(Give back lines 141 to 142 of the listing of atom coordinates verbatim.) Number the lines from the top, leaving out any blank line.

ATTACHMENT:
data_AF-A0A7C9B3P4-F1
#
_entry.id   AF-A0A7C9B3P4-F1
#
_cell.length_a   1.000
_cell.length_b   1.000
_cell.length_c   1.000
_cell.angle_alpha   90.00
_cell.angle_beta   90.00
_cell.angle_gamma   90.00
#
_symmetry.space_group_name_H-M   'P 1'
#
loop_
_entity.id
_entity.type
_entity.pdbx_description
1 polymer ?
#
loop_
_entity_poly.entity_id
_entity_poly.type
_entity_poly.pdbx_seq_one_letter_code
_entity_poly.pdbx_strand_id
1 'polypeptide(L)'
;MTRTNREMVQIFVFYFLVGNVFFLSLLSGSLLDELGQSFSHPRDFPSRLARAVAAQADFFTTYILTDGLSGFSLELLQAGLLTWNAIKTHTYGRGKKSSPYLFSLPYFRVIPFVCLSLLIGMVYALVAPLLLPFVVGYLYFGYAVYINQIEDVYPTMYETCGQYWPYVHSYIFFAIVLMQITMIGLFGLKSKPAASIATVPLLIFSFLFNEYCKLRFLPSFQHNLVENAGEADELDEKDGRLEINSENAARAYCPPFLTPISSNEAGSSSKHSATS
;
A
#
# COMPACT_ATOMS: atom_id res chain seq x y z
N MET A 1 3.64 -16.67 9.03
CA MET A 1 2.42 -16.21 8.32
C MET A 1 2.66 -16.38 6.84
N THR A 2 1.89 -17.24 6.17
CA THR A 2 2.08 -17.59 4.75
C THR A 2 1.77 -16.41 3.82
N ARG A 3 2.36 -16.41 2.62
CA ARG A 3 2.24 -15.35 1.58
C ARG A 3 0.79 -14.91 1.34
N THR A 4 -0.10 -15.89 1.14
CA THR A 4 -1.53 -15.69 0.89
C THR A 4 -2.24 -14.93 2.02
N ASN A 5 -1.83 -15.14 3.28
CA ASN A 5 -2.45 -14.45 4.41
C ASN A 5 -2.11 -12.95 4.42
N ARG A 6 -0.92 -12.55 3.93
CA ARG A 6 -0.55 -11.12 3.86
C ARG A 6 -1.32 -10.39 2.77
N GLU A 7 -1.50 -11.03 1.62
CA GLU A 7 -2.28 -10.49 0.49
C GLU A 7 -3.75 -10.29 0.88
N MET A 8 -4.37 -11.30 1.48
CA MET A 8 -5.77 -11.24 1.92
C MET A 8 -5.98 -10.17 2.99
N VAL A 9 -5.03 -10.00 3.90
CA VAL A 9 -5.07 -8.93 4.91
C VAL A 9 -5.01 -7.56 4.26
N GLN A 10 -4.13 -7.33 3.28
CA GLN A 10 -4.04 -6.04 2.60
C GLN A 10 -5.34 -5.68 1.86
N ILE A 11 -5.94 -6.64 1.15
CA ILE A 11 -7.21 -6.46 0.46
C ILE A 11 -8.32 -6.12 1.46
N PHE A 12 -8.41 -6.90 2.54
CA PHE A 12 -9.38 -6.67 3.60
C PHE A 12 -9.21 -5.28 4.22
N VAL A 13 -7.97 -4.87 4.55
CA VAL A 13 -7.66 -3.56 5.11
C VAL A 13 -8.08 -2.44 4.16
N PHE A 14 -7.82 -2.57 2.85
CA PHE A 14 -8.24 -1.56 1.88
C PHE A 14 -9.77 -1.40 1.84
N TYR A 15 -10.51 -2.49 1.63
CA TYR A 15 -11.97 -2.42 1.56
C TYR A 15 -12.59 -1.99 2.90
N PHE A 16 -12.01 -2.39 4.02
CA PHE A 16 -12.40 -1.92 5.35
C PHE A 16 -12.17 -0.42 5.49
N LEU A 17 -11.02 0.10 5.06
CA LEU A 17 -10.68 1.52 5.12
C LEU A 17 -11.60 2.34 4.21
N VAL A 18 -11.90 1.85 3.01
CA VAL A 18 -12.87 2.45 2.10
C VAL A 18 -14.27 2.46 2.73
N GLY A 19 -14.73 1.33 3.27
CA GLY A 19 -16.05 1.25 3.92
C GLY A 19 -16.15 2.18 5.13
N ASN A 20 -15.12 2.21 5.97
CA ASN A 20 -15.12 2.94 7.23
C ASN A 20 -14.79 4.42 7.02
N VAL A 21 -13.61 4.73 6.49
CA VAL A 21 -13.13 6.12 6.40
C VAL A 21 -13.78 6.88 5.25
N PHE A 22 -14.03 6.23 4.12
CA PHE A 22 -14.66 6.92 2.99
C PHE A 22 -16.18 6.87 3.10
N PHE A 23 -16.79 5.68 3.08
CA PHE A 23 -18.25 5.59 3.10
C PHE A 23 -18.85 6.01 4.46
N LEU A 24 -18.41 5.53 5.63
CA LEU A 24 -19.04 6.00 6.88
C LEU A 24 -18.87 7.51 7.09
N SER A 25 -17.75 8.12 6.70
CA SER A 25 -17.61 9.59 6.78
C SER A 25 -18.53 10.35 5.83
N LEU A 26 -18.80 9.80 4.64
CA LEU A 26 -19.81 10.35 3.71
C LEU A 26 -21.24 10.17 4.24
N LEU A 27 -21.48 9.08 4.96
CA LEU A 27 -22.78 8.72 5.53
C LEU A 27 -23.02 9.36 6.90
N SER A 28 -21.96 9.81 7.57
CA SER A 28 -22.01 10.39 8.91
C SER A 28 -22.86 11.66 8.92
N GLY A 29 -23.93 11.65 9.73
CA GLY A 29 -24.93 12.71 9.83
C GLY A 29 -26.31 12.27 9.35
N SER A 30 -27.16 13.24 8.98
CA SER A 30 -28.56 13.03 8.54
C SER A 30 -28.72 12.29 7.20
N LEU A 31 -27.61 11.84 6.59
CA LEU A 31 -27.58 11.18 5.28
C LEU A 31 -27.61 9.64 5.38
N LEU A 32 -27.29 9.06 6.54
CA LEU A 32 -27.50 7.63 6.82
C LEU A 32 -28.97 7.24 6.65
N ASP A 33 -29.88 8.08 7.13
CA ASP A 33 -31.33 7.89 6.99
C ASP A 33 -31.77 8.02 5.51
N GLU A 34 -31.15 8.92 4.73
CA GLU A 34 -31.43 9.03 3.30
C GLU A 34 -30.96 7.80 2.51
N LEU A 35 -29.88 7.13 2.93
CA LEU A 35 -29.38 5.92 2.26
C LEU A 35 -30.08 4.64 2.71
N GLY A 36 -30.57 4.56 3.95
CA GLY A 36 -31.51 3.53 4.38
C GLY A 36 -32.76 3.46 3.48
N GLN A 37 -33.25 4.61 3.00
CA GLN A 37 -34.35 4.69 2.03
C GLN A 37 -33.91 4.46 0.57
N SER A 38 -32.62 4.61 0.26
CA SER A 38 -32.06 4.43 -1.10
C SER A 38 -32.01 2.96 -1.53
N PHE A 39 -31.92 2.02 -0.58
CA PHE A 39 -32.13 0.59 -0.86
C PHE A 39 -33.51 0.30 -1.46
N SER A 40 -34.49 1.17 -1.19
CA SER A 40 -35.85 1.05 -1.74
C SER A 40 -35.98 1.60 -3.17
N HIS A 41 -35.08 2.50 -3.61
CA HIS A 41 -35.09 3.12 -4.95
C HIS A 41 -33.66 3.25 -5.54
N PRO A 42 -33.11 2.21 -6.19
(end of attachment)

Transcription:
C GLN A 37 -33.91 4.46 0.57
N SER A 38 -32.62 4.61 0.26